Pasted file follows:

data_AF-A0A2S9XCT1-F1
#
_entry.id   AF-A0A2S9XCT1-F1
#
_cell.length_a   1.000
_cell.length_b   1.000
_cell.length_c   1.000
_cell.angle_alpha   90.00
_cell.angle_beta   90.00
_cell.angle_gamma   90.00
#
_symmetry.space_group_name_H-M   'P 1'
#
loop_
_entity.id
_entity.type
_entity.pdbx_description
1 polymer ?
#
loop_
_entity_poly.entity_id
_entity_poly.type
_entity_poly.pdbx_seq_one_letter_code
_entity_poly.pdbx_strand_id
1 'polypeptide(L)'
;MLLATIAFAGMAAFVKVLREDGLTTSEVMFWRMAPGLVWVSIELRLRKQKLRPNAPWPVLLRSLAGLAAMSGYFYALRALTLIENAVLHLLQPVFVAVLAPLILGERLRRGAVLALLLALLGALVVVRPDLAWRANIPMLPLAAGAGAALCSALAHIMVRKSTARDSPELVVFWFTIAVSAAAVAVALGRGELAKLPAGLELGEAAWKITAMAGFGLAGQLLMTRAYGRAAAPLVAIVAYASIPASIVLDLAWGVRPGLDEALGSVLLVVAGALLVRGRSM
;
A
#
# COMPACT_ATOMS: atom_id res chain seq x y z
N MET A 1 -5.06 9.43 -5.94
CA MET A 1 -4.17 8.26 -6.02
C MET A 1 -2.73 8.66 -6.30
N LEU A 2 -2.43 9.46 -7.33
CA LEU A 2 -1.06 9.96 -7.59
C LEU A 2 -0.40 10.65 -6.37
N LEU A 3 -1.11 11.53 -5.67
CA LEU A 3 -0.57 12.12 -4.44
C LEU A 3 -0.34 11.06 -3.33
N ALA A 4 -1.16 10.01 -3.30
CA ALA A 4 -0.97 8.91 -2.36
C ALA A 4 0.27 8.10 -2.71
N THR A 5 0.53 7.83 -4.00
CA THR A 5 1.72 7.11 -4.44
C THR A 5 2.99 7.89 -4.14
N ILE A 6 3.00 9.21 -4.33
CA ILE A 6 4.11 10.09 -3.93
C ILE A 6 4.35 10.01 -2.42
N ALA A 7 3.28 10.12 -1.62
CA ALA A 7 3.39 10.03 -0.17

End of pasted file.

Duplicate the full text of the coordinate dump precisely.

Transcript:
data_AF-A0A2S9XCT1-F1
#
_entry.id   AF-A0A2S9XCT1-F1
#
_cell.length_a   1.000
_cell.length_b   1.000
_cell.length_c   1.000
_cell.angle_alpha   90.00
_cell.angle_beta   90.00
_cell.angle_gamma   90.00
#
_symmetry.space_group_name_H-M   'P 1'
#
loop_
_entity.id
_entity.type
_entity.pdbx_description
1 polymer ?
#
loop_
_entity_poly.entity_id
_entity_poly.type
_entity_poly.pdbx_seq_one_letter_code
_entity_poly.pdbx_strand_id
1 'polypeptide(L)'
;MLLATIAFAGMAAFVKVLREDGLTTSEVMFWRMAPGLVWVSIELRLRKQKLRPNAPWPVLLRSLAGLAAMSGYFYALRALTLIENAVLHLLQPVFVAVLAPLILGERLRRGAVLALLLALLGALVVVRPDLAWRANIPMLPLAAGAGAALCSALAHIMVRKSTARDSPELVVFWFTIAVSAAAVAVALGRGELAKLPAGLELGEAAWKITAMAGFGLAGQLLMTRAYGRAAAPLVAIVAYASIPASIVLDLAWGVRPGLDEALGSVLLVVAGALLVRGRSM
;
A
#
# COMPACT_ATOMS: atom_id res chain seq x y z
N MET A 1 -5.06 9.43 -5.94
CA MET A 1 -4.17 8.26 -6.02
C MET A 1 -2.73 8.66 -6.30
N LEU A 2 -2.43 9.46 -7.33
CA LEU A 2 -1.06 9.96 -7.59
C LEU A 2 -0.40 10.65 -6.37
N LEU A 3 -1.11 11.53 -5.67
CA LEU A 3 -0.57 12.12 -4.44
C LEU A 3 -0.34 11.06 -3.33
N ALA A 4 -1.16 10.01 -3.30
CA ALA A 4 -0.97 8.91 -2.36
C ALA A 4 0.27 8.10 -2.71
N THR A 5 0.53 7.83 -4.00
CA THR A 5 1.72 7.11 -4.44
C THR A 5 2.99 7.89 -4.14
N ILE A 6 3.00 9.21 -4.33
CA ILE A 6 4.11 10.09 -3.93
C ILE A 6 4.35 10.01 -2.42
N ALA A 7 3.28 10.12 -1.62
CA ALA A 7 3.39 10.03 -0.17